Out on Friday May 12
Ridley corrects the wrongs of Prometheus. The boxing genre receives a 4-star workout. Jessica Chastain stalks the corridors of power. Hope Dickson Leach makes a promising debut.
Yes, here's this week's new releases. Click on for our reviews of Alien: Covenant, Jawbone, Miss Sloane, The Levelling, Frantz, Away, and Manhattan.
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Let’s not bury the lead: Ridley Scott’s Alien resurrection is exactly the film all but the most ardent apologists wanted from 2012’s Prometheus. Indeed, at times, Covenant feels less like a sequel and more like a do-over. It’s smarter, scarier and boasts a nightmarish atmosphere comparable to Scott’s transcendent ‘79 original. But with this comes a crippling reverence for the past – Covenant too often plays it safe in a way that Prometheus, for all its faults, rarely did.
Set a decade after the events on LV-223, it centres on the 15-strong crew of the colony ship Covenant: pioneers responsible for transporting 2000 passengers to Origae-6. After intercepting a signal from an undiscovered planet a landing party is dispatched to investigate. Among their ranks are Katherine Waterston’s proto-Ripley Daniels, Demián Bichir’s military man Sgt. Lope and Billy Crudup’s Captain Oram. But this apparent paradise has a dark heart - albeit a mechanical one possessed by its sole inhabitant, Michael Fassbender’s surviving android David.
Few filmmakers can rival Scott’s world-building and Covenant’s lush planetoid – all vertiginous mountain ranges and precipitous forests – does offer something strikingly new for the series. Entirely devoid of organic life, it’s a haunted house on the grandest possible scale, with all the biomechanical stylings, otherworldly architecture and creeping corridors of Aliens past lurking in its dark corners. The Covenant itself, meanwhile, skews much closer to the lived-in, retro-future feel of the Nostromo than the Apple Store sheen of the Prometheus; Scott’s sci-fi future is grounded by convincing science.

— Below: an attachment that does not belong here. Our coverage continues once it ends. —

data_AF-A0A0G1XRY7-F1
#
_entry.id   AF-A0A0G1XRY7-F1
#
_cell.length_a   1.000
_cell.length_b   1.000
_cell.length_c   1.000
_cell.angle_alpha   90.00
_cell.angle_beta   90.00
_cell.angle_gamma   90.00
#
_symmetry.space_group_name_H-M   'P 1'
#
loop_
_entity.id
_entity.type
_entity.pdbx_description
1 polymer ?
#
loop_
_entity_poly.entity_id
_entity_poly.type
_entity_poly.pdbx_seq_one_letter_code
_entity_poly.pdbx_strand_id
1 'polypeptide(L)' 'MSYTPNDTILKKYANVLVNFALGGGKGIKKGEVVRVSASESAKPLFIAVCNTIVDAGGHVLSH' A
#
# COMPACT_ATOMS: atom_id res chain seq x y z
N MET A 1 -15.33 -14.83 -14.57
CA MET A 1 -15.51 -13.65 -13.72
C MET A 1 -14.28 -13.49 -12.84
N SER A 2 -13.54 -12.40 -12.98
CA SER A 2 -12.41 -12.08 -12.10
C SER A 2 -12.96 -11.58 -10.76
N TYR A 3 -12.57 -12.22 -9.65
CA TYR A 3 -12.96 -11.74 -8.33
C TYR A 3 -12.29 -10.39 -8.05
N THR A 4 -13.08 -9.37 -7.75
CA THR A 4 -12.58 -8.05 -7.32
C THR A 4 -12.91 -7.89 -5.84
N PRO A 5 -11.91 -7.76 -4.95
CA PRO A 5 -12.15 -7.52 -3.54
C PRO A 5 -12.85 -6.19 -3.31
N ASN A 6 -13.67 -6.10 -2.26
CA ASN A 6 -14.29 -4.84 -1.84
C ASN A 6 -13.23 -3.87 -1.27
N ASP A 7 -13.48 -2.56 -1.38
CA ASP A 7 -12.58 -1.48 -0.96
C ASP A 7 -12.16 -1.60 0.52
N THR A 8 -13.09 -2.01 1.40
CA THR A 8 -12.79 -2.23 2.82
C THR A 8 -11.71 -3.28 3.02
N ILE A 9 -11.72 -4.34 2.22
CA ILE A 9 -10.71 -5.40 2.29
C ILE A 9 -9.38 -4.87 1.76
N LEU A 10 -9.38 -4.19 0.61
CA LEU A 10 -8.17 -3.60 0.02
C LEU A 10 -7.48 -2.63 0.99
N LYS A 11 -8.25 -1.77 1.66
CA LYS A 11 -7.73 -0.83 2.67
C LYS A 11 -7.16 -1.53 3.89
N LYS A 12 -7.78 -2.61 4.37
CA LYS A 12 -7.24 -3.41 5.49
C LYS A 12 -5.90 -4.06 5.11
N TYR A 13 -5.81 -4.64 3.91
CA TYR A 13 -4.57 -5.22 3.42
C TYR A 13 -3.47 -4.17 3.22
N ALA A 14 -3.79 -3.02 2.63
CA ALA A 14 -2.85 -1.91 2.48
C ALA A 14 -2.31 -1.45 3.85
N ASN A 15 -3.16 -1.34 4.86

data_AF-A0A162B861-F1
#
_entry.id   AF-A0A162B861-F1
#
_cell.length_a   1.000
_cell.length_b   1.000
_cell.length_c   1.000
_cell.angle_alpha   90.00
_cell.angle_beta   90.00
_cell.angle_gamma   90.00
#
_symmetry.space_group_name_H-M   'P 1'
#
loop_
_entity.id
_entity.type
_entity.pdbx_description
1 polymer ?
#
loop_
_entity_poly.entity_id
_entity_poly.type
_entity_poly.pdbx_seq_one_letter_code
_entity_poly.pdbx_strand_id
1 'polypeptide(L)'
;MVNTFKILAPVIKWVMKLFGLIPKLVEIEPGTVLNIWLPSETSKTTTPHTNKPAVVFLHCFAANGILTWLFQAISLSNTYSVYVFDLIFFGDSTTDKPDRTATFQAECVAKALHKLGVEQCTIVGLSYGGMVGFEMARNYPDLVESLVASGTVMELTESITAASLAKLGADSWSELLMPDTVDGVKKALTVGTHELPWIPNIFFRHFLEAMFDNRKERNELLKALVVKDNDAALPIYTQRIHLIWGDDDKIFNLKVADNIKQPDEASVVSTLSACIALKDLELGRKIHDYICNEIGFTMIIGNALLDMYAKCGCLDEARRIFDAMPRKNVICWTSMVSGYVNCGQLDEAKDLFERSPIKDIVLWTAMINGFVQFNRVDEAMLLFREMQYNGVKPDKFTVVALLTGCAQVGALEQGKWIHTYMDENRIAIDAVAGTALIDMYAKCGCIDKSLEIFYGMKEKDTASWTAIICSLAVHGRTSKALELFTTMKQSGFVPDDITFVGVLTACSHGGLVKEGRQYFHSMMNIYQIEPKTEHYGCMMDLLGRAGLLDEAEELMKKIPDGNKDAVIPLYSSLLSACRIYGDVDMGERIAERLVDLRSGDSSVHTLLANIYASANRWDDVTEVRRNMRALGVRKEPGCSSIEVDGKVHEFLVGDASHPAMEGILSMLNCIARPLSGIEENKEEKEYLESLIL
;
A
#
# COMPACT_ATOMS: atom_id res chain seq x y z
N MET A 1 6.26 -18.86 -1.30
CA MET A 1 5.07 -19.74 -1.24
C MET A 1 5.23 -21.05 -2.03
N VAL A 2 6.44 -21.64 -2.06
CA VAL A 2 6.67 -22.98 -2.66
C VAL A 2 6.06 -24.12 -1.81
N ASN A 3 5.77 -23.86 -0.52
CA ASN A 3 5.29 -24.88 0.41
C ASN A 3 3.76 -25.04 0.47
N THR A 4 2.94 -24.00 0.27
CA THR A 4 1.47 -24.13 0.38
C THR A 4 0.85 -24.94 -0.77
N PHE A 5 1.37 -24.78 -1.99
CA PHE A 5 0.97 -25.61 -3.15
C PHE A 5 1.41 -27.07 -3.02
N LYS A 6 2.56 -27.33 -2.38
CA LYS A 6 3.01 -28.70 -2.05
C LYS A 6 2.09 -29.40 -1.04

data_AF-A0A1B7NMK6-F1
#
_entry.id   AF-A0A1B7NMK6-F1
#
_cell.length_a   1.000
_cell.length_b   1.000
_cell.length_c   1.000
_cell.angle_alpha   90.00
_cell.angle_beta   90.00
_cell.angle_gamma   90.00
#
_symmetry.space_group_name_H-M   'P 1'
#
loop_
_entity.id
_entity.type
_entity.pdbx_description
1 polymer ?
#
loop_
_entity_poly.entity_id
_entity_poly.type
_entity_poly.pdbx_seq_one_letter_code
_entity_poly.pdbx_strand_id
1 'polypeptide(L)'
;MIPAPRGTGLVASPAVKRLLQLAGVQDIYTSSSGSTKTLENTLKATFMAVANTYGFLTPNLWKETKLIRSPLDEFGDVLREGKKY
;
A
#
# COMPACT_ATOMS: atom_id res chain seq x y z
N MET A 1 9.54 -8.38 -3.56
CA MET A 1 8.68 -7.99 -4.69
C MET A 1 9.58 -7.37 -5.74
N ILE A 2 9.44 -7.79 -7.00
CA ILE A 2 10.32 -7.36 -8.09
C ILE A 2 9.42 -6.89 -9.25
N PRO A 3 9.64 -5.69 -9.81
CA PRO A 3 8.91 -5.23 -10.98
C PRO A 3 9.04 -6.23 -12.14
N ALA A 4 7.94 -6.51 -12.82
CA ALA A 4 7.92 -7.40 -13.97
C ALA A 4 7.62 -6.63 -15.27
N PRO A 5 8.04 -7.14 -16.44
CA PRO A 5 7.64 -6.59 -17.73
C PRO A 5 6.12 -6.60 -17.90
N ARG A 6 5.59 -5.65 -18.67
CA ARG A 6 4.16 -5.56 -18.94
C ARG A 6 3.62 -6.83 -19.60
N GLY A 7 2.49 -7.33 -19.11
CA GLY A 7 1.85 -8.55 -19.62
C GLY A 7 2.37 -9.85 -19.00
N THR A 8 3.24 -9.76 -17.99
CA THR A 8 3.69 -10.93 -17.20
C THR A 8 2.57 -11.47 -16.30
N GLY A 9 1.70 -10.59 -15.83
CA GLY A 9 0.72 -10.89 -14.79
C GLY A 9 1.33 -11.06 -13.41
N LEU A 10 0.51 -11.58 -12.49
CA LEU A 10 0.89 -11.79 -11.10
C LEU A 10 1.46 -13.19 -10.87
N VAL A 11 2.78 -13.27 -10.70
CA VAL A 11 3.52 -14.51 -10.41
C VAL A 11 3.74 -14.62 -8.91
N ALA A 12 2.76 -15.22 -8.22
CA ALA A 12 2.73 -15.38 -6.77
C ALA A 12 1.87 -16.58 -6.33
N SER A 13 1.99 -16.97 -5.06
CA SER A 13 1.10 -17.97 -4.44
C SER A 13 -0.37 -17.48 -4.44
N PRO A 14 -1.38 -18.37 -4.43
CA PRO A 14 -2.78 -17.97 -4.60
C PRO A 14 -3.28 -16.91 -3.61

Populated by a blue-collar crew, the Covenant’s inhabitants are a thinly sketch, but largely likeable bunch of ET-fodder, the group dynamic complicated and enriched by the fact that everyone on board is married. Crudup’s nervy, staunchly religious replacement Captain stands out as a believably human creation. And Waterston proves a suitably resourceful and empathetic lead.
But it’s Fassbender who once again makes the biggest splash as both new artificial person Walter (effectively a robot Spock) and duplicitous droid David. The scenes between the two bots are some of the most compelling and poignant, cutting to the heart of Scott’s thematic mission with his Alien prequel series – an exploration of the relationship between man and his creator. But David’s entry into the story sees the film’s propulsive pacing grind to a halt, the script crumbling as it hurtles towards a climax that plays out like a mini-remake of Alien, with some clumsy leaps of logic in service of predictable surprises.
But what of the xenomorph? H.R. Giger’s biomechanical beauty is back in Covenant, its re-introduction expanding the mythology in satisfying ways for long-term fans. But the xeno encapsulates the film’s disappointing dependency on past glories. Not only has the man-in-a-suit been replaced by unconvincing CGI, the pharyngeal-jawed phantom is wheeled out for set-pieces that deal in underwhelming bombast rather than nevre-shredding dread.